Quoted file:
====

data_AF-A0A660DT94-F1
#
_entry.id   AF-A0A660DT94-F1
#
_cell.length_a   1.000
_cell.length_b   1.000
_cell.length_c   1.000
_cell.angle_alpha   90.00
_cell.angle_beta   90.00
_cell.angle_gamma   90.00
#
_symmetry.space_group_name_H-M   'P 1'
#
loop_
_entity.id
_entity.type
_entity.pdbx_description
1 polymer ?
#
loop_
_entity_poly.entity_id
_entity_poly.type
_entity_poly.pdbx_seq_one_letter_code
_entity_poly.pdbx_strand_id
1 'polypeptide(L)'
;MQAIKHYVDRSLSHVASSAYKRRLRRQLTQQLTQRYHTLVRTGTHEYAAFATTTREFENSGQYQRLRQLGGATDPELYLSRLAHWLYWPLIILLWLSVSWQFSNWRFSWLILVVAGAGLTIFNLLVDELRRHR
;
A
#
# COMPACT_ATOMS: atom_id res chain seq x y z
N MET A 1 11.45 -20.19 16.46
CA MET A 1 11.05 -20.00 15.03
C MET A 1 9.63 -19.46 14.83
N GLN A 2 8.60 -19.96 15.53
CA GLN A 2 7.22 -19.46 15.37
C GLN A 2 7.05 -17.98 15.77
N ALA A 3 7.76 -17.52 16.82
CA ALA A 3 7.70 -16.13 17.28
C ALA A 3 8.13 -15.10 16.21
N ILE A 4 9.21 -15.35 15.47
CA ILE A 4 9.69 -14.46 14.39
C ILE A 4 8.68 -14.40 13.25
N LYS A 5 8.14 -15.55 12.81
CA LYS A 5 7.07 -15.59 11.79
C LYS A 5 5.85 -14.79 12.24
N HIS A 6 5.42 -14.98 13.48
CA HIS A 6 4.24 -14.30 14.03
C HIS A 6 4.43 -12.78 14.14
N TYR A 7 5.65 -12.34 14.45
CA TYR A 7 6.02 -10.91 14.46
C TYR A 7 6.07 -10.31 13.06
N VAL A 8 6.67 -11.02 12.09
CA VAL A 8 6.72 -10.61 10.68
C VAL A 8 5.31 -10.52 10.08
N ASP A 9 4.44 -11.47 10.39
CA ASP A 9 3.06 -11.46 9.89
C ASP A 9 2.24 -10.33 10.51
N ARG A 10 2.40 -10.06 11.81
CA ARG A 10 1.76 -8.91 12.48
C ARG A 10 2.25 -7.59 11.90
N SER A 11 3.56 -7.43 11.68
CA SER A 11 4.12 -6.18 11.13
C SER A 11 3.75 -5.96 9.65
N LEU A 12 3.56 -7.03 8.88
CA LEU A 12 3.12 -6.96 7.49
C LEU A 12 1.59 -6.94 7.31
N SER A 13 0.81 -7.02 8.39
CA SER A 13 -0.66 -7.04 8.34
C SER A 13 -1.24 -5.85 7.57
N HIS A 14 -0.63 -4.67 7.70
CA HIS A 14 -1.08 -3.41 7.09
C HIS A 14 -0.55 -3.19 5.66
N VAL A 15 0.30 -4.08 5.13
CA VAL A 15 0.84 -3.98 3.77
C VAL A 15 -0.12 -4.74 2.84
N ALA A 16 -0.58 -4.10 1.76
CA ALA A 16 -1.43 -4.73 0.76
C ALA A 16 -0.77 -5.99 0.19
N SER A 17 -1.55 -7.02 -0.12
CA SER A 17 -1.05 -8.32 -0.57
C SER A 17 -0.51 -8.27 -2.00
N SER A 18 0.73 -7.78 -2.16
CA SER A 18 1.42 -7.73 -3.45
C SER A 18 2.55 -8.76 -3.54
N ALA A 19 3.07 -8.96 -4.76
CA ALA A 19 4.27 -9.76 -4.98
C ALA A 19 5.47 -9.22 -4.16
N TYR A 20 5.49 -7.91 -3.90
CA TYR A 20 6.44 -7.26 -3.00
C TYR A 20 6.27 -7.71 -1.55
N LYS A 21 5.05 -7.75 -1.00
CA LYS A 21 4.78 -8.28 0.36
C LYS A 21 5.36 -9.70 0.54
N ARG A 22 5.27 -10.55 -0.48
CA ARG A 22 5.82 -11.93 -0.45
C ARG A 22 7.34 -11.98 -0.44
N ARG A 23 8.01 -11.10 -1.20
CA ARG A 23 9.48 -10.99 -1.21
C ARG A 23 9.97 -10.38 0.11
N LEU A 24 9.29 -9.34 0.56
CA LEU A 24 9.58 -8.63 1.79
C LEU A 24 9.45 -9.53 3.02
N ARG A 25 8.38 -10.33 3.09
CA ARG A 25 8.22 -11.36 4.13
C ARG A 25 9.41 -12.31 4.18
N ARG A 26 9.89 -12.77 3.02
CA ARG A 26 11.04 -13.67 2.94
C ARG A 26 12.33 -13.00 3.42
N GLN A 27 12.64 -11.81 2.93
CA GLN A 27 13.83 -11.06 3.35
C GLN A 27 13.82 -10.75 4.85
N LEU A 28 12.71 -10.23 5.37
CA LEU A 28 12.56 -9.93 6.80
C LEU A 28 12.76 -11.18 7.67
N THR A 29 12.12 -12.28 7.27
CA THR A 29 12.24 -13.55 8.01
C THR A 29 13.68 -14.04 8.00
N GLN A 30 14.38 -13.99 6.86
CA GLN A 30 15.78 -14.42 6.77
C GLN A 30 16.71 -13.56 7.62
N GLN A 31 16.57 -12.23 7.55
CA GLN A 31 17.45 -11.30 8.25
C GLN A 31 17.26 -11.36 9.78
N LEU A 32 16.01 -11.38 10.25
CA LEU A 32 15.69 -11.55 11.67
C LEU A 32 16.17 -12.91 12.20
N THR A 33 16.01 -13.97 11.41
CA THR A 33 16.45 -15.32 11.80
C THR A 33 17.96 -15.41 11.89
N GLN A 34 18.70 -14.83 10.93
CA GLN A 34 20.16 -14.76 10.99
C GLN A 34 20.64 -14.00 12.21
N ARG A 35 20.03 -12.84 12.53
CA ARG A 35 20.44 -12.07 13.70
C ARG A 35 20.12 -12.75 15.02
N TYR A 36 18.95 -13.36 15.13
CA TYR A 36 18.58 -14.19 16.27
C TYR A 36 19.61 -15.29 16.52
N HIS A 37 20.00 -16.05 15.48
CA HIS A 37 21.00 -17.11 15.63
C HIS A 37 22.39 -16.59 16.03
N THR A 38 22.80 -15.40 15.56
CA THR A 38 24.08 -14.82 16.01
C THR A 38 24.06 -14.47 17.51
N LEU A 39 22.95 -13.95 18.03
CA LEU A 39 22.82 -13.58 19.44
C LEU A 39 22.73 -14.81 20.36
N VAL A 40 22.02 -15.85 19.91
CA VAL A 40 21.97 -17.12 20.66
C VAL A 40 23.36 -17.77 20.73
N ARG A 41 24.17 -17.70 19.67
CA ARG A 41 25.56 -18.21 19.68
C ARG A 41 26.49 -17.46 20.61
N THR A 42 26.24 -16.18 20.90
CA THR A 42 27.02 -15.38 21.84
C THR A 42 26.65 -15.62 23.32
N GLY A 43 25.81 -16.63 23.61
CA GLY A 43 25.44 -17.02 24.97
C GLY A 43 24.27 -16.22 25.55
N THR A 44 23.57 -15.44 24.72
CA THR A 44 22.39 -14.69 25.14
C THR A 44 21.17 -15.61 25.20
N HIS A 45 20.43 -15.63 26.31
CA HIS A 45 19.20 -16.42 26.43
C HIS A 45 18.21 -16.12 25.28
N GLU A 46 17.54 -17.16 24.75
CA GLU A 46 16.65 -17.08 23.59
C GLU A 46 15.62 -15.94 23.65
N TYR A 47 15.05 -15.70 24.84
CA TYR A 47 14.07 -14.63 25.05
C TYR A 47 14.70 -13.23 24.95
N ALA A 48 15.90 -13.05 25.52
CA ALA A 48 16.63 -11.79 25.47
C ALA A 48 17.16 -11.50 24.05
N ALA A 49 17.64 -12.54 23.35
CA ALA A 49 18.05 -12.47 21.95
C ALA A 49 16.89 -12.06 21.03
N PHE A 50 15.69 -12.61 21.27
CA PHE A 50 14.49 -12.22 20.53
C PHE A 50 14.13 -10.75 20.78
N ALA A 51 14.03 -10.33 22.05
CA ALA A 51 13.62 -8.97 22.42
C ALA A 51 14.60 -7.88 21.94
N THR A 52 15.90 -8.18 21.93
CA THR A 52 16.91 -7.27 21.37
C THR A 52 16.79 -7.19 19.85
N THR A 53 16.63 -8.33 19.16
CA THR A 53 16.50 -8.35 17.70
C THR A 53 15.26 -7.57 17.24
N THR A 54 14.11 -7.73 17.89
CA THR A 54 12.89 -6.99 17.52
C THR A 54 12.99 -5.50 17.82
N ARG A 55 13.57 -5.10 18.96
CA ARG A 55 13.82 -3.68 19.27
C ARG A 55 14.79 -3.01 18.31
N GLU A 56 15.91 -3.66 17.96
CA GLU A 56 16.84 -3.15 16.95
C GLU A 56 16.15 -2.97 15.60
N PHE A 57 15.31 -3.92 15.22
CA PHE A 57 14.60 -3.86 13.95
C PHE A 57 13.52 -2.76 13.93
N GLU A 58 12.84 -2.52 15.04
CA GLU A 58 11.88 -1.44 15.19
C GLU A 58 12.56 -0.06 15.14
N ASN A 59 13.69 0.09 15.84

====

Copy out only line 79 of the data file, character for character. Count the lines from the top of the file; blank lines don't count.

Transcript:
N SER A 17 -1.55 -7.02 -0.12